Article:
“It’s tempting not to have that hour a week,” Williams said. “It’s an hour I could do other things with, yes. But ultimately, it was going to benefit my participation in the course and help me get more out of it.”

(Kagan did not respond to a request for comment.)

While psychology professor Marvin Chun said he thinks weekly discussion sections are unnecessary for his “Introduction to Psychology” lecture, he said he offers three sections each semester to encourage the students in his class to interact, or to discuss the course material. Each of the three sections he offers introduces a new topic for students to research and about which they can later write papers.

“It’s hard for students to speak up in my large lecture class,” Chun said, adding that it is important to him that his students become acquainted with one another and their teaching fellows.

Computer science professor Daniel Abadi takes a similar approach to Chun: Abadi required students in his fall “Introduction to Programming” course to attend either a review session or a section covering an advanced topic in computer science every two weeks. Regular, weekly discussion sections would not work well with the curriculum, Abadi said, and he does not intend to offer them in to his students in the future.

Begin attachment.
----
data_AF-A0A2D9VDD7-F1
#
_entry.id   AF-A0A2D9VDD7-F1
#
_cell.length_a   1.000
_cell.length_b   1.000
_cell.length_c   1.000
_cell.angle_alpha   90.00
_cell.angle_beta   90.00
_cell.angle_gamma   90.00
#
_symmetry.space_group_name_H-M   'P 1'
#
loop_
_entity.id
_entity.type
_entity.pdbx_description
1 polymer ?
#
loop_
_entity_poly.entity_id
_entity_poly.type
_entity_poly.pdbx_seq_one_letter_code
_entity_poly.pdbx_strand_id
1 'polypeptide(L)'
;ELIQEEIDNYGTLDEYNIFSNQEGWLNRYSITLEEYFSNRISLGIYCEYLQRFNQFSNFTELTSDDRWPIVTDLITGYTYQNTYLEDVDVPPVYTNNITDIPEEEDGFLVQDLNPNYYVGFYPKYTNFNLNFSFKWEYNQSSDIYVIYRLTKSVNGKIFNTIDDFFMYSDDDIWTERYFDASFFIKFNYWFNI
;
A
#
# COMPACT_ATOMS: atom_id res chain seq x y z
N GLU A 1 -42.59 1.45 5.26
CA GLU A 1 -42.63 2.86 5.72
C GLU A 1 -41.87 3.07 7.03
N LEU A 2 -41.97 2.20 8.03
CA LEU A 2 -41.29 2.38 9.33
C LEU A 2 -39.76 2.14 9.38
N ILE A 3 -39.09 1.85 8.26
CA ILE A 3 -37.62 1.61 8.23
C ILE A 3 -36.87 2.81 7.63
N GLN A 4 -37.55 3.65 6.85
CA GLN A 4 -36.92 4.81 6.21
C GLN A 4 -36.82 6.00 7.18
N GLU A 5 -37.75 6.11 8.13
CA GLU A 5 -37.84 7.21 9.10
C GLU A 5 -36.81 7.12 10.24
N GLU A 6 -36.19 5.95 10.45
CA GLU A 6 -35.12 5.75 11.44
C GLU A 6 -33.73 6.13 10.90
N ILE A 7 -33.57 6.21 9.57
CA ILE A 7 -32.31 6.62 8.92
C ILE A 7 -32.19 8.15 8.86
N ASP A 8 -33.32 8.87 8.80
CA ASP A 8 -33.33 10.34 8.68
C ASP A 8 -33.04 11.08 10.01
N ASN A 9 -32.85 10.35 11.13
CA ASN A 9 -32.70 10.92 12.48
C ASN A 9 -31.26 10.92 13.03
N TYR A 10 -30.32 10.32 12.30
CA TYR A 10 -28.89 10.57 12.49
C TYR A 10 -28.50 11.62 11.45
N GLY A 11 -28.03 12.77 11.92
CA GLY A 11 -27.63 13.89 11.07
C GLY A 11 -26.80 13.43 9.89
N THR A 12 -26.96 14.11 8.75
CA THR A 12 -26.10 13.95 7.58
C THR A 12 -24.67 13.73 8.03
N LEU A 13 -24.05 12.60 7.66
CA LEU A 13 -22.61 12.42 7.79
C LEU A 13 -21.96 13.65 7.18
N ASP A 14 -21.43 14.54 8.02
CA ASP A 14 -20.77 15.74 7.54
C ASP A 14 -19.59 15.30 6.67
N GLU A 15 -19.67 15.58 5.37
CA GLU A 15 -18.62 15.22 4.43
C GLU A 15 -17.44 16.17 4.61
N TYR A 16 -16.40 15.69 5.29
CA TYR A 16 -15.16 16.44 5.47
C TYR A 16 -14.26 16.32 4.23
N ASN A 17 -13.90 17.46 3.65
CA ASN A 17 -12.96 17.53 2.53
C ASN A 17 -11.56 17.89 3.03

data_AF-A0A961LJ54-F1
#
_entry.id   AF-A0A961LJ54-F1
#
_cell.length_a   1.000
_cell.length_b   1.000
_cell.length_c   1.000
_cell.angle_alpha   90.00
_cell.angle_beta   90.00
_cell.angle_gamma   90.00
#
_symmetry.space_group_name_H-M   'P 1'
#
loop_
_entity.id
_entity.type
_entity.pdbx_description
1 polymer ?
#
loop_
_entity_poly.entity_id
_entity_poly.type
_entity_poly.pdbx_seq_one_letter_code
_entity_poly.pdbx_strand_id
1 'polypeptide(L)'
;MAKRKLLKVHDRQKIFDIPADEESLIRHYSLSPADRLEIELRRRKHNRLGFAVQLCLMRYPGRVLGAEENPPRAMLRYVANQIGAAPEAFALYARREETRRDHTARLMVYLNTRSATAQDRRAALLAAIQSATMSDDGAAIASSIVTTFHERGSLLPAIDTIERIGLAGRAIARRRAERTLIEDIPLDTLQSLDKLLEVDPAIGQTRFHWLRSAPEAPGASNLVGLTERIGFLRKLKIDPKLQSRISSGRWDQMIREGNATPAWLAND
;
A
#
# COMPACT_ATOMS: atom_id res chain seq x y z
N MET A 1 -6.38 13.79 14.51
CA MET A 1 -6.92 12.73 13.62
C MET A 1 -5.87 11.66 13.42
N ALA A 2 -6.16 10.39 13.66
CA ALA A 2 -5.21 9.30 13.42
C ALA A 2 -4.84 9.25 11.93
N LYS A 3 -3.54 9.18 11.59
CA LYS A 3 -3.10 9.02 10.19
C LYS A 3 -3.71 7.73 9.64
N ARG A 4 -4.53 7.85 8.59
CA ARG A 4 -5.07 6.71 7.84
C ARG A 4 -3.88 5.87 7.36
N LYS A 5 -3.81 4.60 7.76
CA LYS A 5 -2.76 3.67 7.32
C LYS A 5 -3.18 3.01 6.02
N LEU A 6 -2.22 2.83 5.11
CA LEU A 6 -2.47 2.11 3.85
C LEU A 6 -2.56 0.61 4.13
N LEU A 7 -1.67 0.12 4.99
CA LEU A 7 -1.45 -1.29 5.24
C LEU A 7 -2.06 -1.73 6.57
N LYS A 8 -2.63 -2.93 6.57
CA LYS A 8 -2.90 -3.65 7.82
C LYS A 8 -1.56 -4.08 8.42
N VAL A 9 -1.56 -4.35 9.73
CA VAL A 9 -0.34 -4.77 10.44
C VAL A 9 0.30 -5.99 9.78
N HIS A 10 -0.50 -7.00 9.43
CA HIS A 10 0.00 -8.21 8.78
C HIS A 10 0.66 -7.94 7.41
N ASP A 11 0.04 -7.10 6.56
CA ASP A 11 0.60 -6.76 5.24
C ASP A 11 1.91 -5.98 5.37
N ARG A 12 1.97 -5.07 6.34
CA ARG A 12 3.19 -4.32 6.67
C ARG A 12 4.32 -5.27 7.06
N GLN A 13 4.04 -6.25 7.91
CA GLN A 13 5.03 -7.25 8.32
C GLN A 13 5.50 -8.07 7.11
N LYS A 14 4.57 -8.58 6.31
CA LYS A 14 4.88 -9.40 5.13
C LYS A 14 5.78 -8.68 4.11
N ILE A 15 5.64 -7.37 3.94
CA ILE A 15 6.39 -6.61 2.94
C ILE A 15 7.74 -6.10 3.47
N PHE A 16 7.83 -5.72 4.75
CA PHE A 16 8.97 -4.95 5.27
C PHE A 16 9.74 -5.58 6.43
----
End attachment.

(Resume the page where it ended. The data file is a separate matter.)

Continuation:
GAMING THE SYSTEM

Political science professor Samuel DeCanio said he was expecting enrollment of more than 100 students in his “Introduction to American Politics” course this spring. At the beginning of the semester, it seemed his prediction was right, with more than 100 students shopping the course in the first two weeks of the term. But when shopping period ended, DeCanio was left with 27 students — and four teaching fellows.

DeCanio dismissed two of his teaching fellows and asked the remaining two to lead two sections each. Though DeCanio said he aims for a section enrollment of between 10 and 15 students, he acknowledged that this was not possible when distributing his 27 students among four sections.

Butler and Miller’s suggestion of first convening sections during the third week of classes might solve a problem like this — but would likely create a whole host of other problems.

In 2002, the Registrar’s Office switched class enrollment to the Online Course Selection system, allowing students to map their section assignments as well as their course schedules online. University Registrar Jill Carlton said that because sections appear on students’ schedules, which must be submitted to residential college deans at the end of shopping period, students are usually not officially enrolled in sections until the third week of classes.